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The Five Es 04 / 01 / 2012
Here are the relevant definitions of the Five Es, as they apply to a Folk Religion. While none of these are unique to folk religion, if a religion's praxis is based on all of these and control of that praxis is local, that religion may be considered to be "folk".
Existential Relating to or dealing with existence. Based on experience; empirical.
Existence The fact or state of existing; being. All that exists. A thing that exists; an entity. Specific presence; occurrence.
Existentialist Based on the idea that you are what you say you are, because you engage in some of all the practices that make it up. The folk, the commons, are usually existentialists, as opposed to essentialists.
Essentialist Based on the idea that because of what you say you are, you must engage in all the practices that make it up. Academians, priests, and theologians are usually essentialists.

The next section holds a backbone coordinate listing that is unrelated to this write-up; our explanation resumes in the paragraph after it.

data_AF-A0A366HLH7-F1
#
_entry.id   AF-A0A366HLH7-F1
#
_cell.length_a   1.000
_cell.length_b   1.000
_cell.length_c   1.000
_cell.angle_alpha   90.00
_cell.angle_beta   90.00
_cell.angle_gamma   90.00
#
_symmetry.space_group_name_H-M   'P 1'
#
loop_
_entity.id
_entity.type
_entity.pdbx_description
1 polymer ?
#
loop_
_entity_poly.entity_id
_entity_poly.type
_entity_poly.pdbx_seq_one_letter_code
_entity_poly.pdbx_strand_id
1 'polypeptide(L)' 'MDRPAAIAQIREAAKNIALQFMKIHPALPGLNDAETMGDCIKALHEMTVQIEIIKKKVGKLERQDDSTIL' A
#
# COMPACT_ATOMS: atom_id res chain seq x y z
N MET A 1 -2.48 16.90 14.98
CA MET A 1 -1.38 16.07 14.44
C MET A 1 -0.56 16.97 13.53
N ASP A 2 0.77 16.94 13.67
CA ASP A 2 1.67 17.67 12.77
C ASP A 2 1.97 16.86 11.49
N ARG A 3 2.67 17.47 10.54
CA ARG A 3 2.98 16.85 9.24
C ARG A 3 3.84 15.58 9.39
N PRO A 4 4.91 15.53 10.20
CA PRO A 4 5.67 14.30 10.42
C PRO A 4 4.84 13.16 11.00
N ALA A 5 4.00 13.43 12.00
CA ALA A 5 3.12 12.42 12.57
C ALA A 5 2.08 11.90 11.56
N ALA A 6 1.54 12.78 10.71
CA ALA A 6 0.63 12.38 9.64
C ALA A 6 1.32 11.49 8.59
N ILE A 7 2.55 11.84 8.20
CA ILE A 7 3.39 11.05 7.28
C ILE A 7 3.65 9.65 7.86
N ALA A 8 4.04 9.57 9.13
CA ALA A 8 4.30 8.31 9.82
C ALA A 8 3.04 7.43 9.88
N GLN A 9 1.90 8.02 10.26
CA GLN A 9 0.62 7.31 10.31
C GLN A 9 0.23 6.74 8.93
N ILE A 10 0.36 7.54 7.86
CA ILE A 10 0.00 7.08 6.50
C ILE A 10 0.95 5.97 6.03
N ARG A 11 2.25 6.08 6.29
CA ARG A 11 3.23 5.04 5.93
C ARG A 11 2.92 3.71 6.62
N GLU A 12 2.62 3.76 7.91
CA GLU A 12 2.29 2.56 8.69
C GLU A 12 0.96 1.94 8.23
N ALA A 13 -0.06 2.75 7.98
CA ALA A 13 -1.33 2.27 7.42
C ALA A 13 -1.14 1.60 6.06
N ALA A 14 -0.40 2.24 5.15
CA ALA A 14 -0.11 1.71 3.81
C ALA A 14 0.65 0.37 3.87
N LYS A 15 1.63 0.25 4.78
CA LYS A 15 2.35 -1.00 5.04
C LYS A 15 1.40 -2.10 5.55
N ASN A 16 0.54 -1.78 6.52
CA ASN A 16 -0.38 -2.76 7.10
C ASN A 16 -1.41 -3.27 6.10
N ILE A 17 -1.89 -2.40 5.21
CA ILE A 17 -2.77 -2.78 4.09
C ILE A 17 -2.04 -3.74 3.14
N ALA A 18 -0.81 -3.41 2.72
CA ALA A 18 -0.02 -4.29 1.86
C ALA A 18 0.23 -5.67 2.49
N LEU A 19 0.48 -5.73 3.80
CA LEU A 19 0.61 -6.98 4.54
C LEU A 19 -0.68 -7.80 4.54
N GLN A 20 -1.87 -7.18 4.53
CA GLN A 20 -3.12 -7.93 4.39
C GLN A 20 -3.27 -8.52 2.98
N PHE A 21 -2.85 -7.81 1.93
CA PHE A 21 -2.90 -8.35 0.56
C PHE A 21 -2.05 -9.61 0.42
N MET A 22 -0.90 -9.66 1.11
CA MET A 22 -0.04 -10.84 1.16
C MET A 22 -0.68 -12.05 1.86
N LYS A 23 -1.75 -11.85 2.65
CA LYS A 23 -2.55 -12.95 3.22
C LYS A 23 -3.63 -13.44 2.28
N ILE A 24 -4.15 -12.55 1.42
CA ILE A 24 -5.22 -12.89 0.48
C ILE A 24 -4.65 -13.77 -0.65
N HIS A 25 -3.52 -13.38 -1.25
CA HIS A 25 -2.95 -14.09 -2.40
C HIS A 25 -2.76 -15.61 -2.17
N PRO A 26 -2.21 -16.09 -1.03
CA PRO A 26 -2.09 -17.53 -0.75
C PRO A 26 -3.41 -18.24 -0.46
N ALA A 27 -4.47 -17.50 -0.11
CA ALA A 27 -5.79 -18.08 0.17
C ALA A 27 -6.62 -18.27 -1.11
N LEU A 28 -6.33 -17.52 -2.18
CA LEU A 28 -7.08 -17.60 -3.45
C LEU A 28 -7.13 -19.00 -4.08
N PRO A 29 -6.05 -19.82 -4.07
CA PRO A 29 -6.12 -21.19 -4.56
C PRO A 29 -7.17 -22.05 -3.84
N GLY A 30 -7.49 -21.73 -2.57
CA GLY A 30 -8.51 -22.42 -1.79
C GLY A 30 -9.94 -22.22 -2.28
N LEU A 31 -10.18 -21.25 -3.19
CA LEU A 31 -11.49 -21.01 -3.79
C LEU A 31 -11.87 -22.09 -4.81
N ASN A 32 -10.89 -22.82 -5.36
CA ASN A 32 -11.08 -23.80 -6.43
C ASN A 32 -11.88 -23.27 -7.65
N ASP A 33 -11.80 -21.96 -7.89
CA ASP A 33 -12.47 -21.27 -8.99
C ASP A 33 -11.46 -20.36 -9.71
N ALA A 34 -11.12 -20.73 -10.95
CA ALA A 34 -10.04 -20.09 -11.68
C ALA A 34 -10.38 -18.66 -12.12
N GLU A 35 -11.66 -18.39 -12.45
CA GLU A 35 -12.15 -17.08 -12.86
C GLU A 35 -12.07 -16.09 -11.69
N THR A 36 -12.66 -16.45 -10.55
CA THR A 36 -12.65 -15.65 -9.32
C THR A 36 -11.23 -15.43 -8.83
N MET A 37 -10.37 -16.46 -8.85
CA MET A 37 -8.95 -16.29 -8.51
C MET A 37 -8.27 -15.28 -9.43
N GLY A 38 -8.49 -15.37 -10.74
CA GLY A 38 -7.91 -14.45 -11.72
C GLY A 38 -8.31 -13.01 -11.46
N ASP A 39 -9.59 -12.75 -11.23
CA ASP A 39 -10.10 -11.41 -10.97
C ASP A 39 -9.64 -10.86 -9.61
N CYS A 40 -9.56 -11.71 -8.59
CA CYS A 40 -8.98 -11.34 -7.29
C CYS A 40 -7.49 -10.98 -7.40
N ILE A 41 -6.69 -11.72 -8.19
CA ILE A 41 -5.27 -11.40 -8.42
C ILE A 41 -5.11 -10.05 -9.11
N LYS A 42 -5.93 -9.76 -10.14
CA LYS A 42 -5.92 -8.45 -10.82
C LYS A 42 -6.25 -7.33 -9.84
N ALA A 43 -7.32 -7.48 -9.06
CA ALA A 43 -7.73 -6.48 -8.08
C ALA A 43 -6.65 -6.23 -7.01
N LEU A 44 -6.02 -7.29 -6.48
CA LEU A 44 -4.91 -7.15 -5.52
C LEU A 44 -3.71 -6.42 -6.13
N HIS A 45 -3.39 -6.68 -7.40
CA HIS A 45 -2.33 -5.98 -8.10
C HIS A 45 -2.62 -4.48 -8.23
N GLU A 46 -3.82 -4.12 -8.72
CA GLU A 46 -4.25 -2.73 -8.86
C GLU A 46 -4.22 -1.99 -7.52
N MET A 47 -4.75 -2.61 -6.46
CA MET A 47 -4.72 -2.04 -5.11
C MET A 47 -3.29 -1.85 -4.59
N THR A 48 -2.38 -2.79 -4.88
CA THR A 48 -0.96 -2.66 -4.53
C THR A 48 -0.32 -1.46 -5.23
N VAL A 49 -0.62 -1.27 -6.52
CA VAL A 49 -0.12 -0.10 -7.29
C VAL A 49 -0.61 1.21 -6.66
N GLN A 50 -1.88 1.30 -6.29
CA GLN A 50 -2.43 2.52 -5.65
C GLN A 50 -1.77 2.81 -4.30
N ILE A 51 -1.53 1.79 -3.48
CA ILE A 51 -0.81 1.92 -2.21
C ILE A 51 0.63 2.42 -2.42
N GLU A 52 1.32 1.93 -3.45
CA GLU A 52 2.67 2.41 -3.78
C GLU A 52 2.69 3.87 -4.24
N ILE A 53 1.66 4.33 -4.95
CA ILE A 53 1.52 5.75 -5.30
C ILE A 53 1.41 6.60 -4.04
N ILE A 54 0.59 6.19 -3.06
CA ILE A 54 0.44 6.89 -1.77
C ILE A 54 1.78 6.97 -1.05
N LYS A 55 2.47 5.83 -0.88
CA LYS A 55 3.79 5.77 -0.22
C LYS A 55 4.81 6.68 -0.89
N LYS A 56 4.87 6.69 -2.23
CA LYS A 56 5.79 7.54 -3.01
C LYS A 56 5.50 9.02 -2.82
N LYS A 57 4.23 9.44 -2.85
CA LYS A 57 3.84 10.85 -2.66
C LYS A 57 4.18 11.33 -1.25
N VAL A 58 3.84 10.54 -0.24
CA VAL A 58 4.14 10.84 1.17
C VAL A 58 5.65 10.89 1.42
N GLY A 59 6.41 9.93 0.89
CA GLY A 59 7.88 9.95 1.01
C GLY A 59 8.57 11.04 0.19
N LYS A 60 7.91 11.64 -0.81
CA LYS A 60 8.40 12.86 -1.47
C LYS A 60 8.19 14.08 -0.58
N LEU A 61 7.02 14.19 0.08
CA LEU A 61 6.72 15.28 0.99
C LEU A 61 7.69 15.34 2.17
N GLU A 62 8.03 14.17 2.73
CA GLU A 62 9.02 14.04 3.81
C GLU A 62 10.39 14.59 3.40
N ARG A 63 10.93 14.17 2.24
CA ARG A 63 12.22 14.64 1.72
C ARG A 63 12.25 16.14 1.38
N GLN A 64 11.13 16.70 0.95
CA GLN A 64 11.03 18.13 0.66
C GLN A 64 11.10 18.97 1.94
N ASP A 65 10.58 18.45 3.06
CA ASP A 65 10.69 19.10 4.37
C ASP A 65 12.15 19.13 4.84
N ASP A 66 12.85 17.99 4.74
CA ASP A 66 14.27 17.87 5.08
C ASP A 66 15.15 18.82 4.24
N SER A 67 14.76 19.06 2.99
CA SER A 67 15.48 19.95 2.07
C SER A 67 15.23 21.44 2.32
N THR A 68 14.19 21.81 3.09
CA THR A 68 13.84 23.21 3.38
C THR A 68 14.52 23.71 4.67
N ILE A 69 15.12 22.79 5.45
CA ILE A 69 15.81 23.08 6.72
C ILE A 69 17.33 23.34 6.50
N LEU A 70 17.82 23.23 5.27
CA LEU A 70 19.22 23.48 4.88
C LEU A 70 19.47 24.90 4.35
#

Experiential Relating to or derived from experience.
Experience The apprehension of an object, a thought, or an emotion through the senses or mind. Active participation in events or activities, leading to the accumulation of knowledge or skill. An event or a series of events participated in or lived through. The totality of such events in the past.
Experimental Relating to or based on experiment. Founded on experience; empirical.
Experiment To try something new, especially in order to gain experience.
Empirical Relying on or derived from observation. Guided by practical experience and not theory.
Empiric Guided by practical experience rather than precepts or theory.
Event Orientated To focus on something that takes place, a significant occurrence, or happening.